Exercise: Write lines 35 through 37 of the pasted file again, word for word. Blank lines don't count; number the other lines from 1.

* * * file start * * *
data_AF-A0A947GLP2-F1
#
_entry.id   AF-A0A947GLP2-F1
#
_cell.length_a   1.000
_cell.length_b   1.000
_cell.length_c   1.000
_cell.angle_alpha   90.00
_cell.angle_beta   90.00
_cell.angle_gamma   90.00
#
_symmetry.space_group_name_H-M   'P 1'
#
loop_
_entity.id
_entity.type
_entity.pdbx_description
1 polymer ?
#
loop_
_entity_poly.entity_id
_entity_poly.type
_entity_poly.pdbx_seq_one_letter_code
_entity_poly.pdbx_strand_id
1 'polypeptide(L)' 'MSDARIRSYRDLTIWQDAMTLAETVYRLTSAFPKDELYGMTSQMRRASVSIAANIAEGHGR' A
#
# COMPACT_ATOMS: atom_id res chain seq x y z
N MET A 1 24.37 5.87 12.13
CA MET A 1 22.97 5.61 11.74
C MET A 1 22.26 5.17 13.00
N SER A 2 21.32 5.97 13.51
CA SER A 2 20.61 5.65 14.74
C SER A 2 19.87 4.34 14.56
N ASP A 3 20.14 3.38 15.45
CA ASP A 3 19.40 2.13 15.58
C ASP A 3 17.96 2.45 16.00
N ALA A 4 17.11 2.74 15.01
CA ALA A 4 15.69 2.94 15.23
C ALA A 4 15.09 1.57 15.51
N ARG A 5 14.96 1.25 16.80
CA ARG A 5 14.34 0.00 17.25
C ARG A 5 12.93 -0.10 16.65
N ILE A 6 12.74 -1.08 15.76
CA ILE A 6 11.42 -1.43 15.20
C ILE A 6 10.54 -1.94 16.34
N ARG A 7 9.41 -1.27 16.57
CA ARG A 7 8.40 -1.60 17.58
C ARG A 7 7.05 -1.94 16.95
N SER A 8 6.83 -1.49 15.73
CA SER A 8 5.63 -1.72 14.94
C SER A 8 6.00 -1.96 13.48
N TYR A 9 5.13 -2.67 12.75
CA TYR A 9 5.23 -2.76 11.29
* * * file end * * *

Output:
CA ASP A 3 19.40 2.13 15.58
C ASP A 3 17.96 2.45 16.00
N ALA A 4 17.11 2.74 15.01